With that, you (a) acknowledge this is their decision and that they are a key stakeholder, and (b) impress upon them how critical the part they play on the decision-making team is to their initiative’s success.
Problem: They Don’t Know What You’re Selling or Why It Matters
OK, so miraculously, either….
- That DocuSign you sent to the CFO didn’t get deleted, but now they want to know what the heck it’s for, or
- You have a true champion who was able to successfully involve their CFO in the evaluation
But you’re not out of the woods.
Chances are high the CFO will still kill your deal because they have no clue what you’re selling or why it matters.
Before you think you’re going to demo them into submission or pitch them six ways from Sunday until “it” finally clicks and they sign, please stop.
Imagine for a moment that you’re a Chief Financial Officer of a somewhat successful mid-sized company, and the world’s on the brink of a major recession. Not only do your responsibilities include some of the aforementioned concerns, but you may also bear the weight of layoffs if the company can no longer afford to keep employees.
Yes, the burden of individual employees being able to pay their bills and support their families during an economic downturn is now a big concern of CFOs. Whether or not they are able to offset this by avoiding layoffs is an entirely different topic, but hopefully, you see where this is going.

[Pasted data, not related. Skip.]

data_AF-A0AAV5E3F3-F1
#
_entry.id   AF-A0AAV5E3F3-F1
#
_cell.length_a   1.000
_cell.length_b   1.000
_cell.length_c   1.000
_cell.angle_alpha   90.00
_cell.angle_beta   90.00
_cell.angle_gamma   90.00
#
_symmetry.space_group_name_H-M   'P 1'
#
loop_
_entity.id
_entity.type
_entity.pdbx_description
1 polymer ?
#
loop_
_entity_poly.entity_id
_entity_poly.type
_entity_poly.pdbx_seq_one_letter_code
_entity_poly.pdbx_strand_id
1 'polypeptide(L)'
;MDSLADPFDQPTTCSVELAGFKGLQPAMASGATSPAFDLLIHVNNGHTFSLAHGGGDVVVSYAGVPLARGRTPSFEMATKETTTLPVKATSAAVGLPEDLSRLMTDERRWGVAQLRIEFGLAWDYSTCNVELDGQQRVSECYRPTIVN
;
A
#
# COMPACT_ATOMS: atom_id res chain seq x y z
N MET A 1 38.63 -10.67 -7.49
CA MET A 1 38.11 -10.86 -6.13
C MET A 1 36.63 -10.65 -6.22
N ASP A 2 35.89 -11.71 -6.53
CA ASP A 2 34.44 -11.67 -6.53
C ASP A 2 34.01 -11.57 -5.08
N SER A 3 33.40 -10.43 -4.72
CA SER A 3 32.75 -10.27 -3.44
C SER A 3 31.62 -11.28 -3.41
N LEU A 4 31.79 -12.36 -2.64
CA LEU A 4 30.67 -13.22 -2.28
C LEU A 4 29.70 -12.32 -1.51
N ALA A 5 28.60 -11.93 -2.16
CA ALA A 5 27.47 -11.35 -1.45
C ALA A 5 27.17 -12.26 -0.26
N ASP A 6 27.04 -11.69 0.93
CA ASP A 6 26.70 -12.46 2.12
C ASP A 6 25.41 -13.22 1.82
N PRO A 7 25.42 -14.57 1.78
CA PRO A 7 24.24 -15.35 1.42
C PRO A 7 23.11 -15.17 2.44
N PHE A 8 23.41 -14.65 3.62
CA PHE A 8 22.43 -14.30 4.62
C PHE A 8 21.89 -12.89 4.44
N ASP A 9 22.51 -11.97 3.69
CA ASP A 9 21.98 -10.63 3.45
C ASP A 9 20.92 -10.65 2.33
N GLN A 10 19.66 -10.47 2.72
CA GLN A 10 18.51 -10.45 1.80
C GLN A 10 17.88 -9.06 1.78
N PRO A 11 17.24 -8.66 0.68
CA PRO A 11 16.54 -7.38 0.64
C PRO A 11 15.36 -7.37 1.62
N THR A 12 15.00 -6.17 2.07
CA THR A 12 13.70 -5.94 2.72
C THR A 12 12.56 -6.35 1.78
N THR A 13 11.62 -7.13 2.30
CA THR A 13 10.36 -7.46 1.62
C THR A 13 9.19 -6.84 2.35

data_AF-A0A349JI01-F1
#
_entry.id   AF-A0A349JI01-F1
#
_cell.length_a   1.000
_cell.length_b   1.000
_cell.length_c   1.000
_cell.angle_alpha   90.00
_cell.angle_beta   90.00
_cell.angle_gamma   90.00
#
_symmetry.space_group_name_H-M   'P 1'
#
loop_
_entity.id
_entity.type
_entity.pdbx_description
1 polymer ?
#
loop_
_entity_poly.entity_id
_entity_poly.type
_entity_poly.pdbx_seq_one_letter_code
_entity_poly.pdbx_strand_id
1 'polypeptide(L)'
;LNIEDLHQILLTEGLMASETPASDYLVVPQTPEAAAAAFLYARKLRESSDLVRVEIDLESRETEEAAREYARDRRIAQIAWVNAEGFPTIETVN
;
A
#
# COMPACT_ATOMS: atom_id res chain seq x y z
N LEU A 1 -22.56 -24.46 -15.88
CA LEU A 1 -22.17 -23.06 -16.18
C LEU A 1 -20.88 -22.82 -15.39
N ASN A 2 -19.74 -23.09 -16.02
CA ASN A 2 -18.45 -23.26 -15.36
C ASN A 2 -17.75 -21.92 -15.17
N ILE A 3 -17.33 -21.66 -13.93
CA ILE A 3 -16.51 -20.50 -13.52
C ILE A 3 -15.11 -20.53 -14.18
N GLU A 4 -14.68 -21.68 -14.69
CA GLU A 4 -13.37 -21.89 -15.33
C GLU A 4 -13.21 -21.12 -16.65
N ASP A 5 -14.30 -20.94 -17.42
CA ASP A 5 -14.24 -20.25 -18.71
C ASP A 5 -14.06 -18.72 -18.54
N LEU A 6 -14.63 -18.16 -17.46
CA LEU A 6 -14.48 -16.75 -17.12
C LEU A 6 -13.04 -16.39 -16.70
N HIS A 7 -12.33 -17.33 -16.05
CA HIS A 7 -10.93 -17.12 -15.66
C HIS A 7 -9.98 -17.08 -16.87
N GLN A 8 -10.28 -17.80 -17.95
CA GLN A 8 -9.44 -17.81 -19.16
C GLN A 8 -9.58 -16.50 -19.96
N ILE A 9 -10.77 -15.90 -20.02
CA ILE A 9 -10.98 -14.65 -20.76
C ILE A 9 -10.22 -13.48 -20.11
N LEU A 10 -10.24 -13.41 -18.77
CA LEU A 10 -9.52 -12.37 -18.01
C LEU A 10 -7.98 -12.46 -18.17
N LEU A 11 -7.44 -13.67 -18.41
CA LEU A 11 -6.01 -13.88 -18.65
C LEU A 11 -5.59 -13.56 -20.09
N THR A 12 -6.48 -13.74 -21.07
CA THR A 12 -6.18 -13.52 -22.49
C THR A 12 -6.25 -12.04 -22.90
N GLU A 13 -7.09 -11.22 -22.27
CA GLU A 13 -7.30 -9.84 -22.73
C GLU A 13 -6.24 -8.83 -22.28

You know that amazing feature you were about to wrap a bunch of buzzwords around? If you can’t tie it directly to how your product will make a company real money, real fast (in preferably 2–3 sentences), you need to rethink your strategy.
If there is any inkling of “too good to be true” without clear, objective, measurable data, the CFO will kill your deal.
SOLUTION: Do your research. Don’t pitch. Keep it short. Provide an action plan.
Time is a limited resource for C-Suite executives. Don’t waste the time you have with them by asking questions you could have found the answers to on Google or in their 10k.
If possible, use other employees involved in the deal to get more information on specific metrics and company initiatives that are the main focus for the CFO (bonus points if you ask how they like data represented).